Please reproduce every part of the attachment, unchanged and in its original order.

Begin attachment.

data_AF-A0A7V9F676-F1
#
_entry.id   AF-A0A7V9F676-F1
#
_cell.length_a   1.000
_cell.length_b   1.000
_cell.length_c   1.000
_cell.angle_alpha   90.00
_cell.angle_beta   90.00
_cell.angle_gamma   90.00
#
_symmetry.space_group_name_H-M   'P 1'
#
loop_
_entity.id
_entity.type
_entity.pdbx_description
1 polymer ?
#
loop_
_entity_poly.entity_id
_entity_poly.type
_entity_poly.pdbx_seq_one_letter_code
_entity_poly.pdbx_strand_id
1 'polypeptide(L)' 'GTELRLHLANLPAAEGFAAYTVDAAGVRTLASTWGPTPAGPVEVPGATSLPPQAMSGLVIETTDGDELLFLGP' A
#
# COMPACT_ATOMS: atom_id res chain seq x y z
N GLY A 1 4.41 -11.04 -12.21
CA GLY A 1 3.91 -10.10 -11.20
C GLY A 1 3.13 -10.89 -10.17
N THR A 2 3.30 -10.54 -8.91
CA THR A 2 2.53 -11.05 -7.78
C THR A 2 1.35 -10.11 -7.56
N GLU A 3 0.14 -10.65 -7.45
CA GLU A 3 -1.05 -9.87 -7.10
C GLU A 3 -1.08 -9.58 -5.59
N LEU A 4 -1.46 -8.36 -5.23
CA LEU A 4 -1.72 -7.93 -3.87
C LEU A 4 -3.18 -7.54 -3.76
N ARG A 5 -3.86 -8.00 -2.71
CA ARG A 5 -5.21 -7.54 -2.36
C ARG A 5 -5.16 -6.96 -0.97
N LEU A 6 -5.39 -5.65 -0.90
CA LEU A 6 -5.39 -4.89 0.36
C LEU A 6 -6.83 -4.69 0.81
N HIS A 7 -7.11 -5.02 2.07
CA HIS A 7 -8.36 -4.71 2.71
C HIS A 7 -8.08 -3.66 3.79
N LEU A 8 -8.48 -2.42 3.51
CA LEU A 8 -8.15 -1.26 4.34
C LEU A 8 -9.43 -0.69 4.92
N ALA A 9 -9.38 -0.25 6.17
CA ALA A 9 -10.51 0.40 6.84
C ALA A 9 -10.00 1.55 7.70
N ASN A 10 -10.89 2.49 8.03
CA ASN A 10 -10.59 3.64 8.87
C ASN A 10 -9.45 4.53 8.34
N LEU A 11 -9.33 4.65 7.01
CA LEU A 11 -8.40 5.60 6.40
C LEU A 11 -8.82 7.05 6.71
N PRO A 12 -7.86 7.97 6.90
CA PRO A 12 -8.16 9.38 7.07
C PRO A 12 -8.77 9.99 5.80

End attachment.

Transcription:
data_AF-A0A7V9F676-F1
#
_entry.id   AF-A0A7V9F676-F1
#
_cell.length_a   1.000
_cell.length_b   1.000
_cell.length_c   1.000
_cell.angle_alpha   90.00
_cell.angle_beta   90.00
_cell.angle_gamma   90.00
#
_symmetry.space_group_name_H-M   'P 1'
#
loop_
_entity.id
_entity.type
_entity.pdbx_description
1 polymer ?
#
loop_
_entity_poly.entity_id
_entity_poly.type
_entity_poly.pdbx_seq_one_letter_code
_entity_poly.pdbx_strand_id
1 'polypeptide(L)' 'GTELRLHLANLPAAEGFAAYTVDAAGVRTLASTWGPTPAGPVEVPGATSLPPQAMSGLVIETTDGDELLFLGP' A
#
# COMPACT_ATOMS: atom_id res chain seq x y z
N GLY A 1 4.41 -11.04 -12.21
CA GLY A 1 3.91 -10.10 -11.20
C GLY A 1 3.13 -10.89 -10.17
N THR A 2 3.30 -10.54 -8.91
CA THR A 2 2.53 -11.05 -7.78
C THR A 2 1.35 -10.11 -7.56
N GLU A 3 0.14 -10.65 -7.45
CA GLU A 3 -1.05 -9.87 -7.10
C GLU A 3 -1.08 -9.58 -5.59
N LEU A 4 -1.46 -8.36 -5.23
CA LEU A 4 -1.72 -7.93 -3.87
C LEU A 4 -3.18 -7.54 -3.76
N ARG A 5 -3.86 -8.00 -2.71
CA ARG A 5 -5.21 -7.54 -2.36
C ARG A 5 -5.16 -6.96 -0.97
N LEU A 6 -5.39 -5.65 -0.90
CA LEU A 6 -5.39 -4.89 0.36
C LEU A 6 -6.83 -4.69 0.81
N HIS A 7 -7.11 -5.02 2.07
CA HIS A 7 -8.36 -4.71 2.71
C HIS A 7 -8.08 -3.66 3.79
N LEU A 8 -8.48 -2.42 3.51
CA LEU A 8 -8.15 -1.26 4.34
C LEU A 8 -9.43 -0.69 4.92
N ALA A 9 -9.38 -0.25 6.17
CA ALA A 9 -10.51 0.40 6.84
C ALA A 9 -10.00 1.55 7.70
N ASN A 10 -10.89 2.49 8.03
CA ASN A 10 -10.59 3.64 8.87
C ASN A 10 -9.45 4.53 8.34
N LEU A 11 -9.33 4.65 7.01
CA LEU A 11 -8.40 5.60 6.40
C LEU A 11 -8.82 7.05 6.71
N PRO A 12 -7.86 7.97 6.90
CA PRO A 12 -8.16 9.38 7.07
C PRO A 12 -8.77 9.99 5.80